Budget delivers vital support and protects services

Plan protects public services during tough economic times and includes £57m investment in support

Graphic showing latest news on council's budget

•          Budget protects public services as much as possible during tough economic times
•          £57m investment in vital support is at the heart of the four-year plan
•          Not raising Council Tax would 'drastically reduce money available for frontline services'
A budget that delivers major investment in support for vulnerable people has been set by Leicestershire County Council. 
The authority agreed its financial plan - including an extra £57m for vital help, such as home and residential care - at a full county council meeting today (Wednesday). 
Designed to protect public services as much as possible during tough economic times, it will see major capital investment of £509m, service cuts totalling £3m, £59m of efficiency savings and a 4.99 per cent Council Tax increase from April to ensure the books will balance next year.
An extra £1m has also been earmarked to offset the impact of service cuts and boost road maintenance, following better than expected Government funding earlier this year – this includes £100,000 to continue rolling out community speed cameras.

Protecting the vulnerable and hefty investment in support people depend on – that’s what our budget delivers.
Unforeseen global issues such as war in Ukraine and rising energy costs make balancing our books challenging. We’ve spent a lot of time on it and asking people to pay more has been a tough decision. Not doing so would drastically reduce the money we can spend on social care, fixing roads and other frontline services.
Council leader, Nick Rushton

Although councils fared better than expected in the Government’s Autumn Statement, the financial outlook remains extremely tough with the authority’s budget gap set to rise to nearly £90m by 2026.
Growing service demand is set to increase costs by £70m, with rising inflation forecast to add another £91m by 2026/27. On top of this, the National Living Wage increase drives up social care costs significantly and adds another £18m.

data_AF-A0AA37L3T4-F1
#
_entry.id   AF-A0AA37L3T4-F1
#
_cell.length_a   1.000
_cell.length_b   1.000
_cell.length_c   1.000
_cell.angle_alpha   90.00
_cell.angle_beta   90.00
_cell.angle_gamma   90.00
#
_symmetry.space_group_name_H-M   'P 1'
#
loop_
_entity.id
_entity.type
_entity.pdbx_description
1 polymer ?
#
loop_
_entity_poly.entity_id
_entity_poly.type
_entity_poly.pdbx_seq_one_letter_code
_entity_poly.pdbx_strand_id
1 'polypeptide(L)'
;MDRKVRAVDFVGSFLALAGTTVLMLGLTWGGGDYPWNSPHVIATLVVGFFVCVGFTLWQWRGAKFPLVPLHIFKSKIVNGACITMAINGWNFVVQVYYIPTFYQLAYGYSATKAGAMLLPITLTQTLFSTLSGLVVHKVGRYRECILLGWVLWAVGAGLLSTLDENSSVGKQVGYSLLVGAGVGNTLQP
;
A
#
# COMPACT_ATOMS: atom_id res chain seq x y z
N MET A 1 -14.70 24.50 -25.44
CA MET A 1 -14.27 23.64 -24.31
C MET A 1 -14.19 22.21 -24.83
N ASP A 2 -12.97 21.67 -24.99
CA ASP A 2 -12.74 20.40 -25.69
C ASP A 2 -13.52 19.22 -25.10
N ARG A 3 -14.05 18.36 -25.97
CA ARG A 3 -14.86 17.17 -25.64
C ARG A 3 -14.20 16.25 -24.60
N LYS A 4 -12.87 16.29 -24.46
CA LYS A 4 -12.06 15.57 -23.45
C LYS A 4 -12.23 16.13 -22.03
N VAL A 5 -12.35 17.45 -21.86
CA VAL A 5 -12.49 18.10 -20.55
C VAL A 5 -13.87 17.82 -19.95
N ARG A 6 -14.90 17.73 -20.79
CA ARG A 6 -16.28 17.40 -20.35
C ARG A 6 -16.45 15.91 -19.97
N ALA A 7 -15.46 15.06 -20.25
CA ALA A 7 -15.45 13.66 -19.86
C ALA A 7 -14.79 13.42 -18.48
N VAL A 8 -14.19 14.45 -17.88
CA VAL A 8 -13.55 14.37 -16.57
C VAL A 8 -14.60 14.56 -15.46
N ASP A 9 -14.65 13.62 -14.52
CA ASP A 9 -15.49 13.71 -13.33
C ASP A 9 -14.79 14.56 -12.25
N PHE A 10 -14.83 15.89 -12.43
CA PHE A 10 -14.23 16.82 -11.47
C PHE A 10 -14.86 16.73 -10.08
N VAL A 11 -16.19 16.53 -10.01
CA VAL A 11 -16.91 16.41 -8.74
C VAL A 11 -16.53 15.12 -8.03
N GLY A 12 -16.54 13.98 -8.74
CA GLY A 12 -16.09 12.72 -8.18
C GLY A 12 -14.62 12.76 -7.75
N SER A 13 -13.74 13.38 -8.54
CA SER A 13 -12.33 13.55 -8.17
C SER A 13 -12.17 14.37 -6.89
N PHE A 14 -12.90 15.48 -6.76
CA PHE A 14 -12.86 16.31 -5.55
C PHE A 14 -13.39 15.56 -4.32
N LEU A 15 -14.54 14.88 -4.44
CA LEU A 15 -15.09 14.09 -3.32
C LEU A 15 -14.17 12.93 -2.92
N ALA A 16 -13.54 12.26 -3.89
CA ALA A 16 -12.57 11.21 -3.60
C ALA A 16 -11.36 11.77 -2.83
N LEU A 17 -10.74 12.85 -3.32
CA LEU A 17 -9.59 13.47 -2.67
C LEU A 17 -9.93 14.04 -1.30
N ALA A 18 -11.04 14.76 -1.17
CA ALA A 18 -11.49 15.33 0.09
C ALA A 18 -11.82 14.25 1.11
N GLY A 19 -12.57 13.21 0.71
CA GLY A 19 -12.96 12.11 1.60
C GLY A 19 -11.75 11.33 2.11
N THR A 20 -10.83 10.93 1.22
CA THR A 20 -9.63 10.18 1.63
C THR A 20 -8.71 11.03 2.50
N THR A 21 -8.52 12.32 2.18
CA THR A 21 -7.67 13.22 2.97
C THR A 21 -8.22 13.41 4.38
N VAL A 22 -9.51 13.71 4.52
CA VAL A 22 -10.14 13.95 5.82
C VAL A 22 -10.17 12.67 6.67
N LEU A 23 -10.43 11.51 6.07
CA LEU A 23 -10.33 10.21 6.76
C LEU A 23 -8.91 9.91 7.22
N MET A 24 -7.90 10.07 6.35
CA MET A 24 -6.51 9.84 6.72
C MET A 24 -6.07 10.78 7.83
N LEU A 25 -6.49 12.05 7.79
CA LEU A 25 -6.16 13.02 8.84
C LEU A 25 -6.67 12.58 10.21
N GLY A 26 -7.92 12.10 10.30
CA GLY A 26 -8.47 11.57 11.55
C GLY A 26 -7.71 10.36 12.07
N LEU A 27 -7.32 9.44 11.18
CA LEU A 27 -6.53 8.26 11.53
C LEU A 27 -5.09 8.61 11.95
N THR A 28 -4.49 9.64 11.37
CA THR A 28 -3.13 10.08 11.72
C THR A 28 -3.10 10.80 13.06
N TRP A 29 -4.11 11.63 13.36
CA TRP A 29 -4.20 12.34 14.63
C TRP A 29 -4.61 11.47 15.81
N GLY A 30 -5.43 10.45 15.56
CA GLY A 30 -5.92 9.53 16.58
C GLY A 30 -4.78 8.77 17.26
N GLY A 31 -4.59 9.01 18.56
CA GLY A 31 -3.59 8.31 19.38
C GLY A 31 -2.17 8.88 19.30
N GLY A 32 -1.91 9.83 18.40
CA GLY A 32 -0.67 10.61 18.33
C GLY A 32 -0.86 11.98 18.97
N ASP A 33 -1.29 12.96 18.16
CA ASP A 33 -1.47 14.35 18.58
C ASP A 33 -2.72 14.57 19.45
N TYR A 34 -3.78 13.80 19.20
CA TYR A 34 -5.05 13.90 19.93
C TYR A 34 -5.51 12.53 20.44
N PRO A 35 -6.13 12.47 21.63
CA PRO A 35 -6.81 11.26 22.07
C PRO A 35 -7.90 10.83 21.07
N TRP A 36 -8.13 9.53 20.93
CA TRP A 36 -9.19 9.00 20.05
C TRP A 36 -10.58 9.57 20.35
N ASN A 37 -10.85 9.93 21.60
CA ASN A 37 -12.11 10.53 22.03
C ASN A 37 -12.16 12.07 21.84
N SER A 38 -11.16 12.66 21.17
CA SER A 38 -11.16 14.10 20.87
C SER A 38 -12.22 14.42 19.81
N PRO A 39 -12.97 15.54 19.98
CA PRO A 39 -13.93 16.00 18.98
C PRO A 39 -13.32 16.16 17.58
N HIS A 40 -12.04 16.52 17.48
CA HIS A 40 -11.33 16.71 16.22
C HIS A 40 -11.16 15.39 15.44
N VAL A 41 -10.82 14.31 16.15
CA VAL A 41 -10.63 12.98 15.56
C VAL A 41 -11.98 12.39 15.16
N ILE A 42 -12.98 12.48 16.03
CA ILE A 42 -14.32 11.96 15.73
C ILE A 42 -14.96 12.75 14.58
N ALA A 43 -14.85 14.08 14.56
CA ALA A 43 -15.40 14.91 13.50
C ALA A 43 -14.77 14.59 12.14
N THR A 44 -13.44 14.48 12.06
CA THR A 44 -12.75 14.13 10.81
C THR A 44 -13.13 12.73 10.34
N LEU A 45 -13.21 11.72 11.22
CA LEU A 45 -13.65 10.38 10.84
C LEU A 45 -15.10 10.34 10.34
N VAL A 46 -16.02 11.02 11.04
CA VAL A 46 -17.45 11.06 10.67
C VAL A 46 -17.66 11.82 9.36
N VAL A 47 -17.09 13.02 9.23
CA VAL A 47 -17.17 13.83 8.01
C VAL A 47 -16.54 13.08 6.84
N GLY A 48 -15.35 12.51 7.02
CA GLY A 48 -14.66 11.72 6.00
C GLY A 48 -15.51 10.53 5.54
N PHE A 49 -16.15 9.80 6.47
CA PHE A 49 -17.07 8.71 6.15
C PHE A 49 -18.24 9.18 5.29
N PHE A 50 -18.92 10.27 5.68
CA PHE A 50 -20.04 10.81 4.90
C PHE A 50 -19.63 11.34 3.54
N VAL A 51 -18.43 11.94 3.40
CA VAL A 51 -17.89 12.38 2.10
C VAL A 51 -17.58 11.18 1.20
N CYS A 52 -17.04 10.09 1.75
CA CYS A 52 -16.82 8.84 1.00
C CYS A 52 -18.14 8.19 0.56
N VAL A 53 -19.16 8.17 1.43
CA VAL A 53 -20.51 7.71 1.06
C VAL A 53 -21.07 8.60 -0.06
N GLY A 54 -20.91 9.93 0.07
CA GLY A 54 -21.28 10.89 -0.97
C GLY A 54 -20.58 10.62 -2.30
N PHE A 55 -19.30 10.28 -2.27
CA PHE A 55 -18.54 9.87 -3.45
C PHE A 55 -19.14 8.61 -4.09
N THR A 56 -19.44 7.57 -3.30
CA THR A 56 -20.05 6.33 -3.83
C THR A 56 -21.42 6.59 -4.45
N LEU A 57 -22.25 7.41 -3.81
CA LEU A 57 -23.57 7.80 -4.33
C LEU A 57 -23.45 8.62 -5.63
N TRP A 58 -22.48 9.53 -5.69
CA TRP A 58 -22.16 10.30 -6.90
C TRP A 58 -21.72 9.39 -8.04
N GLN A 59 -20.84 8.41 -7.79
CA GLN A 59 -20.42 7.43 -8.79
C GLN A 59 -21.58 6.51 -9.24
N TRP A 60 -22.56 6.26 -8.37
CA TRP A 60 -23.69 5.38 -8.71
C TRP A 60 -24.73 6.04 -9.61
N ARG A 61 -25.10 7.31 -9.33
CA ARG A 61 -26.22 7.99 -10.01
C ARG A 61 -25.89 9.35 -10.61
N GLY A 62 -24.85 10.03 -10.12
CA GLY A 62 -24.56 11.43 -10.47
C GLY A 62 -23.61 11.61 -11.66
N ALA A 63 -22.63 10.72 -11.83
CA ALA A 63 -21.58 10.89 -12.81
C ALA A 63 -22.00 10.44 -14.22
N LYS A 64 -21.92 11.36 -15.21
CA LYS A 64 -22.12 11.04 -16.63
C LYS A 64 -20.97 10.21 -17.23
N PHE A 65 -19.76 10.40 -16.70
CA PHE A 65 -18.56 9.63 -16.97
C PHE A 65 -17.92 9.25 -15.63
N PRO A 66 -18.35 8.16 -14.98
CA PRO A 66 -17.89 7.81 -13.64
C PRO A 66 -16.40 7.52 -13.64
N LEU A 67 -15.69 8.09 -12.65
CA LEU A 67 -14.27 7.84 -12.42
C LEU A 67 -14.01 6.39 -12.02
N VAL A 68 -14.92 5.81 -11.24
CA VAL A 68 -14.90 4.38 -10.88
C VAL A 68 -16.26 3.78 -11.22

A 4.99 per cent Council Tax increase from April equates to £1.39 a week for a Band D home and generates £17.7m for front line services.
Councillor Lee Breckon, cabinet member for resources, added: “Local government is facing an ever increasing funding squeeze making balancing our £512m yearly budget a complex balancing act. 
“But even with the financial pressuring growing, we pride ourselves on doing the best we can with the money we have. And that’s why it was right to freeze our own member allowances this year. 
“Being the lowest funded county compounds the issue and I’m looking forward to discussing this with the Chancellor, Jeremy Hunt, next month.
The budget includes:
•            £57m more to support vulnerable people - to pay for more home and residential care, and support people with physical disabilities, learning disabilities and mental health needs. The number of home care users has increased by 600 since January 2020.
•            £59m of efficiency savings – reducing back office costs by maximising digital technology, simplifying processes and providing the right level of support to residents 
•            Service cuts totalling £3m - including reviewing waste sites, streetlighting, Green Plaques and Shire Grants 
•            A £509m four-year capital pot - for the cost of building roads, schools and other one-off projects
•            A 4.99 per cent Council Tax rise for 2023/24 – this equates to £1.39 a week for a band D home and generates £17.7m for front line services
•            An extra £1m to reduce the impact of service cuts and boost road maintenance – including £100,000 to continue rolling out community speed cameras. This follows the budget consultation and better than expected funding from Government earlier this year. Proposals will be drawn up over the next 12 months on options for this money, following detailed consultations on specific planned savings. 
The council’s yearly budget totals £512m.
District councils, police, fire and parish and town councils all make up portions of residents’ Council Tax bills.
A 4.99 per cent Council Tax rise in the county council’s share includes a two per cent adult social care levy – and means a Band D home would pay £1,525.

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